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Thread: Passing table name as parameter to Report Designer

  1. #1
    Join Date
    Feb 2013
    Posts
    13

    Default Passing table name as parameter to Report Designer

    Hi everyone,

    I am struggling to figure out how I can use a parameter in report designer for a mySQL table name. I have a transformation that I am kicking off command line, and am passing in a handful of parameters. Everything works great for anything I use in my SQL where clause, but as soon as I try anything like "select * from ${TABLE_NAME} where id = ${ID}" the query fails. If I hardcode the table name, the query works, but my table names will be changing every time.

    If it's not possible for some reason, I need to figure out how to select all the information in spoon and pass the results to PRD. Any help would be greatly appreciated, thanks!

  2. #2
    Join Date
    Feb 2013
    Posts
    13

    Default

    I figured out one way to do it. This article helped immensely - http://wiki.bizcubed.com.au/xwiki/bi...te+dynamic+SQL

    I ended up setting up my full query (with table name variable) as a parameter in Spoon, which I then passed to PRD and then set up parameters similar to the way that article did it. I'm sure there is a reason Spoon can take a table name variable without a problem and Report Designer cannot, but at least there is a workaround.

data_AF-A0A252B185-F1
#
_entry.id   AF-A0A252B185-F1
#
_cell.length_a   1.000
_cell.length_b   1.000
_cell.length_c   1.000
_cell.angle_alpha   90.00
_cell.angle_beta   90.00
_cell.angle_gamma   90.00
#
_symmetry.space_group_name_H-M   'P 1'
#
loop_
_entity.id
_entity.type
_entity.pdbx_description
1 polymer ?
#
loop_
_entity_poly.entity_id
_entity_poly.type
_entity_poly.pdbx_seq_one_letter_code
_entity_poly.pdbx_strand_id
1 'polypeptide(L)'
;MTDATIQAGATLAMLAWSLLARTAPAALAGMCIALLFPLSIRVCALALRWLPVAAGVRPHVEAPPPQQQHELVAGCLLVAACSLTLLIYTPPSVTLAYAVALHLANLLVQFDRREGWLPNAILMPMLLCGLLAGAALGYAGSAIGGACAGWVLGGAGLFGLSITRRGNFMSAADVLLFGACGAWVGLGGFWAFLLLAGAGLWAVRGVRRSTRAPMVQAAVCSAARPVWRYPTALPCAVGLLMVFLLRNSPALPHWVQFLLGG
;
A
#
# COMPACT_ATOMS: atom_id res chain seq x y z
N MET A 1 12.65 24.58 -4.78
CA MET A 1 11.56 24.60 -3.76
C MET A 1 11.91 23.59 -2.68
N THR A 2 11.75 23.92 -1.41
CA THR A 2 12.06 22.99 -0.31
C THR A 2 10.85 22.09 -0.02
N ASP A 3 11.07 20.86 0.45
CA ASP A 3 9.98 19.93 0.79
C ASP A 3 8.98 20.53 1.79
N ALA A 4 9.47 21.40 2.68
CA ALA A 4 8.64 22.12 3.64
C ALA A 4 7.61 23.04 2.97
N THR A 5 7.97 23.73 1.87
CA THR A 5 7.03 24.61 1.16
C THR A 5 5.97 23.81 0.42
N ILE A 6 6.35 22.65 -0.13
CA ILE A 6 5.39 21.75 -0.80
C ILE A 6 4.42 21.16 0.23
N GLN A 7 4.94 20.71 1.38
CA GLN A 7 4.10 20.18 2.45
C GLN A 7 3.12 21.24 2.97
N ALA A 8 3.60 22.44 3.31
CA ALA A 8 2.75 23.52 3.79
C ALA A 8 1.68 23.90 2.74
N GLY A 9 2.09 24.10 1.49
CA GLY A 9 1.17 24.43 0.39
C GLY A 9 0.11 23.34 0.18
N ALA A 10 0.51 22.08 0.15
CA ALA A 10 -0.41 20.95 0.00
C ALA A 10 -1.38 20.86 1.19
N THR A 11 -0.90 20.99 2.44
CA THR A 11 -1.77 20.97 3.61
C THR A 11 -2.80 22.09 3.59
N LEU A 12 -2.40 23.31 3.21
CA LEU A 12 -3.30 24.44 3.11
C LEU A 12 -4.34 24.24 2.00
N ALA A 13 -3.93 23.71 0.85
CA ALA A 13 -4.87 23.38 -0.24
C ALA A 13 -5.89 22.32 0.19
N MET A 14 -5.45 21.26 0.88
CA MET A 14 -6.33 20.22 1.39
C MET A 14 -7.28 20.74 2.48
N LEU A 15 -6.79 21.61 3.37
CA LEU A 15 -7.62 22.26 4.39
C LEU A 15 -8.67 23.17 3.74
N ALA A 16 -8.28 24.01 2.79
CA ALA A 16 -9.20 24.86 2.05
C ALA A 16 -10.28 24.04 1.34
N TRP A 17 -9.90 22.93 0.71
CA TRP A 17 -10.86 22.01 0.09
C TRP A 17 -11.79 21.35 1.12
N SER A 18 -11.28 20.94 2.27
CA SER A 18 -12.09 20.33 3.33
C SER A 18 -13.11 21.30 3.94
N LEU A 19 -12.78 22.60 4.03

3. #3
    Join Date
    Mar 2003
    Posts
    8,085

    Default

    PRD uses prepared statements for the query. Therefore the query can only contain value-parameters, never structural parameters. PRD is aimed at advanced business users, and reports are usually exposed to the public via the web. So any SQL injection is evil, and dangerous and has wide-ranging consequences.

    PDI, on the other hand, is aimed at database admins. They use SQL injection as a tool, not as a threat. The transformations run in a server that is shielded from the outside, and usually that stuff is not exposed to the general public. So the security on parameter handling can be less strict, so that you can get things done quickly.


    If you *want* controlled SQL injection, then use the query-scripting that is part of the SQL-datasources. Use the 'computeQuery' function to return your query, and make sure you mention all fields that your script uses in the 'computeQueryFields' function. If you dont, you will see funny results with the query-caching.

    Compute your query in a script, and you can insert your parameter wherever you want. Just be sure you have good checks in place that validates the possible values an outsider can pass in.
    Get the latest news and tips and tricks for Pentaho Reporting at the Pentaho Reporting Blog.

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